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By Andy Pasztor
The two companies building commercial crew vehicles for NASA have a "zero percent chance" of meeting current deadlines to start regular flights ferrying U.S. astronauts into orbit, according to the latest update from congressional watchdogs
Released Wednesday by the Government Accountability Office, the report highlights continuing schedule slips - and lack of a reliable revised timeline - for certification of so-called space taxis separately under development by Boeing Co. and Elon Musk's Space Exploration Technologies Corp.
Instead of the current official early 2019 date, the report concludes, the National Aeronautics and Space Administration may have to wait roughly an extra year, and potentially many months longer, before having dependable crew transportation to the international space station.
The capsules already are years late, and both contractors have been the focus of widespread criticism from lawmakers and industry officials for announcing and then sticking with overly optimistic schedules. Several weeks ago, NASA officials told the GAO and reporters that schedule slips were in the offing without providing specifics.
A NASA spokeswoman said the agency is "working closely with our commercial partners and is preparing for potential schedule adjustments normally experienced during spacecraft development."
In a written response to the report, NASA said it wouldn't fully follow all of the latest GAO recommendations but expects to be "working to ensure that the partners' schedules and NASA's internal assessments are in agreement."
Wednesday's report, however, goes beyond questioning the way NASA develops schedules for the complex program. The GAO, among other things, faults NASA's leadership for failing to keep lawmakers adequately informed about budding delays. And it raises a red flag that further delays could result in a gap in U.S. presence on the orbiting laboratory.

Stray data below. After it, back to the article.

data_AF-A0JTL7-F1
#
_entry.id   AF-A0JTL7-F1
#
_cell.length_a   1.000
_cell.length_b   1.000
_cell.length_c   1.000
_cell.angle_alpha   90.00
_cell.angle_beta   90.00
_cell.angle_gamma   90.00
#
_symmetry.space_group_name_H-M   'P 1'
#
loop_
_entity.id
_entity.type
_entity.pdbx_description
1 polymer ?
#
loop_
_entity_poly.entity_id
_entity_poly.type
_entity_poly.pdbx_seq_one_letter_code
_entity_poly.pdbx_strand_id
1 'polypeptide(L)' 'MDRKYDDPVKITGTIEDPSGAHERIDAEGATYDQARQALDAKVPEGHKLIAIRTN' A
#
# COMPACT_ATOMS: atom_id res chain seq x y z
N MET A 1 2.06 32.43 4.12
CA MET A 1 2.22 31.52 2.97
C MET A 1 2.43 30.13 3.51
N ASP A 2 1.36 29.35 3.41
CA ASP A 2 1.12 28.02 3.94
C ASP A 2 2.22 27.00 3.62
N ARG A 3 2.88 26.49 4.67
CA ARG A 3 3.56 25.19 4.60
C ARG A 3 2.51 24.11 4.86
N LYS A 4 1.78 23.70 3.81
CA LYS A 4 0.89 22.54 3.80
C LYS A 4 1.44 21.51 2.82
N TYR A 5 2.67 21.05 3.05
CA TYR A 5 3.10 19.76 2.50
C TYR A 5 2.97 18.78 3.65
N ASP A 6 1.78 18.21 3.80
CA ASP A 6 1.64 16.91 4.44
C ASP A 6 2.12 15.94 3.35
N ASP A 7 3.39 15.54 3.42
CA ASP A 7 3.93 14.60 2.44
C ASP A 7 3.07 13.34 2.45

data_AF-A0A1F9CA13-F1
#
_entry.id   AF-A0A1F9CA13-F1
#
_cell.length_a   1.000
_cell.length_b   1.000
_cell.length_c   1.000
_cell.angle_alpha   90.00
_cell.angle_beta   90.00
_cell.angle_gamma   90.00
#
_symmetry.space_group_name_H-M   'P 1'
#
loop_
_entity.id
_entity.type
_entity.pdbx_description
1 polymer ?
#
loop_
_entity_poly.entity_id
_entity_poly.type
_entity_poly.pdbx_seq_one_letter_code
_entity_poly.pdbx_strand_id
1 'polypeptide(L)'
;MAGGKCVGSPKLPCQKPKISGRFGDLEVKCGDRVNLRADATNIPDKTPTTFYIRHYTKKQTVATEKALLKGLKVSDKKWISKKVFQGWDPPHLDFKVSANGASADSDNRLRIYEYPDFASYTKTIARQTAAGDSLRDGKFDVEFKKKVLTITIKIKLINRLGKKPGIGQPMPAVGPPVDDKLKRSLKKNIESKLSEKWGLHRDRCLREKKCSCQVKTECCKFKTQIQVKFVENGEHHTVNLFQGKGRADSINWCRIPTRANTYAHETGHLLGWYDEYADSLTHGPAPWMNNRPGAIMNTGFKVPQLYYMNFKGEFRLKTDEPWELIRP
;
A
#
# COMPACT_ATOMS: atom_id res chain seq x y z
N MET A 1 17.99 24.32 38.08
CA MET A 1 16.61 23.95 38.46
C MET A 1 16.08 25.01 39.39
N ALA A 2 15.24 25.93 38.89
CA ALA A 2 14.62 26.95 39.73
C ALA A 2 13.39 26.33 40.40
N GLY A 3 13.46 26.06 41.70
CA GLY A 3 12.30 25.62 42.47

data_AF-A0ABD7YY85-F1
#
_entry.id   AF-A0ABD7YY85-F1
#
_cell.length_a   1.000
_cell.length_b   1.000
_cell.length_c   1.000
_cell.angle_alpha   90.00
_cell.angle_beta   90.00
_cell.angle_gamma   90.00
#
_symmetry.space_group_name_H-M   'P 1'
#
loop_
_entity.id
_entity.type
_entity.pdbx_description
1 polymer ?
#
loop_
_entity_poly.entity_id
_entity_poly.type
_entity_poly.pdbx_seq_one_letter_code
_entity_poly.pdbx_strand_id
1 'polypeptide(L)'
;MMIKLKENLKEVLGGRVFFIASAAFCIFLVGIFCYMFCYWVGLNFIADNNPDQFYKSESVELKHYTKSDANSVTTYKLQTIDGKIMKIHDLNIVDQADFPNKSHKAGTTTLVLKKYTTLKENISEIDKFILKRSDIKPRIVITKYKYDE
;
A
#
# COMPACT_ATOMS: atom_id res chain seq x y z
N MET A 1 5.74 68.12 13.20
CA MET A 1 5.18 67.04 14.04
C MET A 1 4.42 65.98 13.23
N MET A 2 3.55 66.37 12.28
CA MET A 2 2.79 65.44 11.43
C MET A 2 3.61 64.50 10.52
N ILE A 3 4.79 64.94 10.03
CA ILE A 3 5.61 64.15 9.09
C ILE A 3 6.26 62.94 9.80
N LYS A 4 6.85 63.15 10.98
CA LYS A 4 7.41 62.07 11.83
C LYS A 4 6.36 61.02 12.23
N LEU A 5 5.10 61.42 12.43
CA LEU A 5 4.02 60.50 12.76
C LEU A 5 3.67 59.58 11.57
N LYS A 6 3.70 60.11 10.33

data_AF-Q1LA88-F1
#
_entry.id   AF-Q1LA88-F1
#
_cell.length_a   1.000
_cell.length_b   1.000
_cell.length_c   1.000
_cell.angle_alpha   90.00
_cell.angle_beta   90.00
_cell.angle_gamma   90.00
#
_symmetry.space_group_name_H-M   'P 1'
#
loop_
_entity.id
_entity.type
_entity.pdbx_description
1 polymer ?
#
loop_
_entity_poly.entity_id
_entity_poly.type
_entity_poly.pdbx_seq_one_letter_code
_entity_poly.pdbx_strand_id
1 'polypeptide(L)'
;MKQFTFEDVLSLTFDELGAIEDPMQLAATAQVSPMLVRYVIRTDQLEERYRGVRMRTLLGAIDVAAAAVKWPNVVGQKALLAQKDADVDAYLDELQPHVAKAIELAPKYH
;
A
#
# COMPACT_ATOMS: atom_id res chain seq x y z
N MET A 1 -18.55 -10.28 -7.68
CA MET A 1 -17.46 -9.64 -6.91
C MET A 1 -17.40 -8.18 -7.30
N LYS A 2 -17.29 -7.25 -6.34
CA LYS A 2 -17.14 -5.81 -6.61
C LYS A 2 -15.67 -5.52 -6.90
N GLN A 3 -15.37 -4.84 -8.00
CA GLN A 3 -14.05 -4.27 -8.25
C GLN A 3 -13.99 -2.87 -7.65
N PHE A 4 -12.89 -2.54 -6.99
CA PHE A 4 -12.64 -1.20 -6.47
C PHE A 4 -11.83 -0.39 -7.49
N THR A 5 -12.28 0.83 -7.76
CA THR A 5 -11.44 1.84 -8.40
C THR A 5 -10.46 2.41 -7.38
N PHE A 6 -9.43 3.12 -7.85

Today, NASA purchases seats on Russian capsules launched by Russian rockets to transport U.S. crews to and from the space station. But those contracts are expected to end in November 2019. The report says that if Boeing and SpaceX, as Mr. Musk's company is called, experience additional schedule slips, NASA "does not have a contingency plan for ensuring uninterrupted U.S. access."
The GAO also determined that agency managers are aware of schedule revisions hammered out by each contractor, but NASA officials "told us they lack confidence in those dates until they are officially communicated" to the government.
The upshot, according to the GAO, is that NASA "is managing a multibillion dollar program without confidence in its schedule information as it approaches several big events," including the first unmanned flight test.
In additional to specific technical challenges affecting crew abort systems, parachutes and rocket fueling safeguards, both companies have been scrambling for months to persuade NASA program managers that the new transportation systems will be more than four times safer than the space shuttle fleet when it was retired in 2011. NASA officials have said they could end up modifying that requirement because it may be too difficult to meet.
(END) Dow Jones Newswires
July 11, 2018 18:33 ET (22:33 GMT)
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